Nyango Star, the Apple-Shaped Mascot Who Drums for Japan's Tohoku Region

nyango star japanese mascot

Nyango Star drumming to a song by popular Japanese “idol”/metal fusion band BABYMETAL. Screencap from official Nyango Star YouTube channel.

A tweet featuring a Japanese apple-shaped plush mascot banging on the drums has gone viral at the start of March.

So far, the video of cult superstar Nyango Star playing the drums to the “Anpan March,” the theme from a popular children's television show, has been retweeted 91,000 times and has received 113,000 likes.

He doesn't just rock out to tunes like ‘Crimson’ (Kurenai, 紅) by X Japan, here's Nyango Star playing for the Anpan March for kids!

Here's the second song he did. Take a look. The drumming just gets more and more intense.

Nyango Star is a ‘yuru-chara’ mascot from Kuroishi, in the middle of Aomori Prefecture, in northeastern Japan. The term ‘yura-chara’ is a combination and abbreviation of the Japanese words for “light-hearted and gentle” and “character”, or mascot. All regions of Japan boast one or more such mascots.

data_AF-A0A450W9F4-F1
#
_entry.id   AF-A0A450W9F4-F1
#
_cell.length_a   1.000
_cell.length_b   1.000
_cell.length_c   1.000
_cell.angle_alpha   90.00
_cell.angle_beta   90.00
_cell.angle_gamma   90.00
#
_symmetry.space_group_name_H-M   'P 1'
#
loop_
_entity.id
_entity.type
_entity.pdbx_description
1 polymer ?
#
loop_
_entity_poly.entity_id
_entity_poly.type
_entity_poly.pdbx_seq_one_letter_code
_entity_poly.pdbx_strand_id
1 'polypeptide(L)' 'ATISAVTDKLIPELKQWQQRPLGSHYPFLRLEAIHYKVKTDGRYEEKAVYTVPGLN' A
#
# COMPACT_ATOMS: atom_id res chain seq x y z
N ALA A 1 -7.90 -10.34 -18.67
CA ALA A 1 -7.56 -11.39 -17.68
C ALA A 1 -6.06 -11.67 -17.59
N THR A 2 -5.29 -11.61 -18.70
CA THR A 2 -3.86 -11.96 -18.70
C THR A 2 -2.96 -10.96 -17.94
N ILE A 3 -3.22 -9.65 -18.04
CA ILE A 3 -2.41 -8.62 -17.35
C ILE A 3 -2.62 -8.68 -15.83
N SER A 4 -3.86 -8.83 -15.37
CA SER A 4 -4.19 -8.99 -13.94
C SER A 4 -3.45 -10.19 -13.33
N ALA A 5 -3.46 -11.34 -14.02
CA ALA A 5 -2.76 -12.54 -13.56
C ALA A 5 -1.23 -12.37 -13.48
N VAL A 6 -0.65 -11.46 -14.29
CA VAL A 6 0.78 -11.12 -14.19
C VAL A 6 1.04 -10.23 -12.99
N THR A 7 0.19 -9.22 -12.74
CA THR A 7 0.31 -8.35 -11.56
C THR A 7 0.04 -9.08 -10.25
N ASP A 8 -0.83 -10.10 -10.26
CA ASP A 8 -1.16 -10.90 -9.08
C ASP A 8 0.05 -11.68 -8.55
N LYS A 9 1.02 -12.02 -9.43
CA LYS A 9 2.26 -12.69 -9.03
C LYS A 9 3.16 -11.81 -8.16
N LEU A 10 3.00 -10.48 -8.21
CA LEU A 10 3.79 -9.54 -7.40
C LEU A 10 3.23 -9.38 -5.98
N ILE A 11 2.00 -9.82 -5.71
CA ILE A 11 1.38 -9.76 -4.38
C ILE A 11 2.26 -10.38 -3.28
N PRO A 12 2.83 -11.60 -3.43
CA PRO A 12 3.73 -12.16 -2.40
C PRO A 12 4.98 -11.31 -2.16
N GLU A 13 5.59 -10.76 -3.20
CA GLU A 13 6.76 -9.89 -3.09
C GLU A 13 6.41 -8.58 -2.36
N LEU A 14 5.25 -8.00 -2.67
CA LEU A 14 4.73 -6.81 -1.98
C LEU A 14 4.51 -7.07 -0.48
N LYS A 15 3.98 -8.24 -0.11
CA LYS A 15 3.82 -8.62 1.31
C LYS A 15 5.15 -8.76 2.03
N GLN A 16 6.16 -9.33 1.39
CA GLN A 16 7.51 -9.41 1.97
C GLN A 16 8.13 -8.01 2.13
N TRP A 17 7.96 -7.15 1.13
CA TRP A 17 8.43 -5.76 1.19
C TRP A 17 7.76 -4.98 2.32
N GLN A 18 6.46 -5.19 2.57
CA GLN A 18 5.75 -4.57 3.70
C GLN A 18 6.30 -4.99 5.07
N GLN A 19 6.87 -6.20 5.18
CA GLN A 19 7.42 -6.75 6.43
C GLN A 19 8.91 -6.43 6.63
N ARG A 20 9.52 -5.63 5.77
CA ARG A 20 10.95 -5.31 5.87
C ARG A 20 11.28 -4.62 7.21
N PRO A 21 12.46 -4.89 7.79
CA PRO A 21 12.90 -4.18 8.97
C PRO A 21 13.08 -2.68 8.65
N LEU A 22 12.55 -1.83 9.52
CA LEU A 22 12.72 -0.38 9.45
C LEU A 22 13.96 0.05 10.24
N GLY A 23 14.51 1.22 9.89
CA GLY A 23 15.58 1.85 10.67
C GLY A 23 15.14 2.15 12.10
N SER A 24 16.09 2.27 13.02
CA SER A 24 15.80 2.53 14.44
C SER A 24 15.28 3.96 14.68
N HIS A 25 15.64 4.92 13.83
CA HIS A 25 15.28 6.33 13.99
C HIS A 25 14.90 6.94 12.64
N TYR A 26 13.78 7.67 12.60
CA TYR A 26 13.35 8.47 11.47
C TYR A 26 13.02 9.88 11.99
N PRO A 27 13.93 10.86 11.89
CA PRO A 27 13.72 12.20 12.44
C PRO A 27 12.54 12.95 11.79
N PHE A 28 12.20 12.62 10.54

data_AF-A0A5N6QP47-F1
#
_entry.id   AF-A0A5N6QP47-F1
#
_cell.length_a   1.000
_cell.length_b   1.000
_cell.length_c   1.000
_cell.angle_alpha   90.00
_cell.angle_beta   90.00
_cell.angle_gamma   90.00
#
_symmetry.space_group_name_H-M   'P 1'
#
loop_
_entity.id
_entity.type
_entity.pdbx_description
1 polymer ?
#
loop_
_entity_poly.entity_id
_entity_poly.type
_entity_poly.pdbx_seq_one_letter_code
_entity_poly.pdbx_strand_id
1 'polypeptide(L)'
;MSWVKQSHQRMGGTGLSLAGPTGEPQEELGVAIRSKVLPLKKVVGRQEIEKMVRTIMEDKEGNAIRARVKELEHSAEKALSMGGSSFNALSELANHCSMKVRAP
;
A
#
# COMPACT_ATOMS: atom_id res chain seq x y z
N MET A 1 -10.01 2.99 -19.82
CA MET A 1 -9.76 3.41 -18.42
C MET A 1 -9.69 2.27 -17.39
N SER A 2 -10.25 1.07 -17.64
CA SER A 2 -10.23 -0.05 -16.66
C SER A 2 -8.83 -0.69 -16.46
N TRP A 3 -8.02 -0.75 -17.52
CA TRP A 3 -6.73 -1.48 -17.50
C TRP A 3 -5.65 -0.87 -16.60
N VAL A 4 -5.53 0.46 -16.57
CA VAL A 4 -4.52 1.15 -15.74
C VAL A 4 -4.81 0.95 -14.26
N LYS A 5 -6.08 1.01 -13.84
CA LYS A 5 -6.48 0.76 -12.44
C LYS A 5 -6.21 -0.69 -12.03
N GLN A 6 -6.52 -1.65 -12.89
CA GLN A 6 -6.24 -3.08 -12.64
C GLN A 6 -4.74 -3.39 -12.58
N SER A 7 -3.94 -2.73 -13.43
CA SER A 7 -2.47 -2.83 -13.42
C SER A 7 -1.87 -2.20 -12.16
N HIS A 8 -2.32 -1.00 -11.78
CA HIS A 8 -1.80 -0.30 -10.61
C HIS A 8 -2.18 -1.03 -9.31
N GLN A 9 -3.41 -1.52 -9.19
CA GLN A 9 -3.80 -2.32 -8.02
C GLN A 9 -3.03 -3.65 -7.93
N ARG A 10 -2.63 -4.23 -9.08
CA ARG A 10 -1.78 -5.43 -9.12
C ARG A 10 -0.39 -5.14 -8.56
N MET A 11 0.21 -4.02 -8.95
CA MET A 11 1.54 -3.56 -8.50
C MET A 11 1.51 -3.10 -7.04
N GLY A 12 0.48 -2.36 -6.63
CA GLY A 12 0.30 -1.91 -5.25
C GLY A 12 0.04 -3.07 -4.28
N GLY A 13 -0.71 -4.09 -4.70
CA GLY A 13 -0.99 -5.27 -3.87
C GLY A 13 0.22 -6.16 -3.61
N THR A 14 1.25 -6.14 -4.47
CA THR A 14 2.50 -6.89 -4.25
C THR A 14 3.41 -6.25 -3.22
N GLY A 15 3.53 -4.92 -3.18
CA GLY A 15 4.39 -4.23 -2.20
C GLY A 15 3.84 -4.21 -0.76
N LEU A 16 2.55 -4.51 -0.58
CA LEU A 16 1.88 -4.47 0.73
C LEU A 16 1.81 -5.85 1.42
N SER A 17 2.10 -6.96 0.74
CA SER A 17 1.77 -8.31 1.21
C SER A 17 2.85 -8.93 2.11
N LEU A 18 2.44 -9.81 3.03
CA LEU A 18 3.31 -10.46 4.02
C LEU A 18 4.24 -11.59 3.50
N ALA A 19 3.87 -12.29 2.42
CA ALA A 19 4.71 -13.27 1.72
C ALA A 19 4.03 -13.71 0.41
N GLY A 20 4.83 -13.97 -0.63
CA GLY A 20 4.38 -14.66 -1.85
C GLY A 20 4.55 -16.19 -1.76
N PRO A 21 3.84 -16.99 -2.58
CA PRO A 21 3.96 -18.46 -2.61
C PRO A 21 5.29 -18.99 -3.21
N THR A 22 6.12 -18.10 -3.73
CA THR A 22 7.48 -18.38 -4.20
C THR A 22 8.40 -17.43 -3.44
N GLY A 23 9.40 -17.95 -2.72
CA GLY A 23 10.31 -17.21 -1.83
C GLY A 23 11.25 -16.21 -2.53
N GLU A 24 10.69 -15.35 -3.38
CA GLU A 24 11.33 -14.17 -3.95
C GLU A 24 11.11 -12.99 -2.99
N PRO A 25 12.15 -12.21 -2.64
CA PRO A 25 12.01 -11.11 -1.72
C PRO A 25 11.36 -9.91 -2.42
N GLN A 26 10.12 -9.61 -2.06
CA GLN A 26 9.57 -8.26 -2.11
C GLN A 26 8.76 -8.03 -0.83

According to a comment on Reddit:

Please know that Nyango star is a yuru-chara mascot from Japan representing Aomori prefecture that's part of the Tohoku-region which was devastated by the earthquake and subsequent tsunami in March 11th, 2011. So, anytime Nyango star makes public appearances it is to promote the region and help it recover from the tragedy. It isn't drumming for its personal gain but for its beloved home.

Nyango Star gets its shape from the apples that have made Aomori famous in Japan. Apparently, the mascot is also part cat. Combine the sound a cat makes in Japanese (nyan) with the Japanese world for ‘apple’ (ringo), and you get the name Nyango. The Aomori mascot gets the rest of its name from famed Beatles drummer Ringo Starr.

In this video, Nyango Star plays the drums in time with the “insanely difficult” song “Crimson” (Kurenai, 紅) by popular rock band X Japan at a university student culture in Aomori Prefecture.

More of Nyango Star's drumming videos can be found on the official Nyango Star site, and on his TwitterInstagram and YouTube pages. More explanation in English about Nyango Star can be found on Japanese pop culture blog Grapee.

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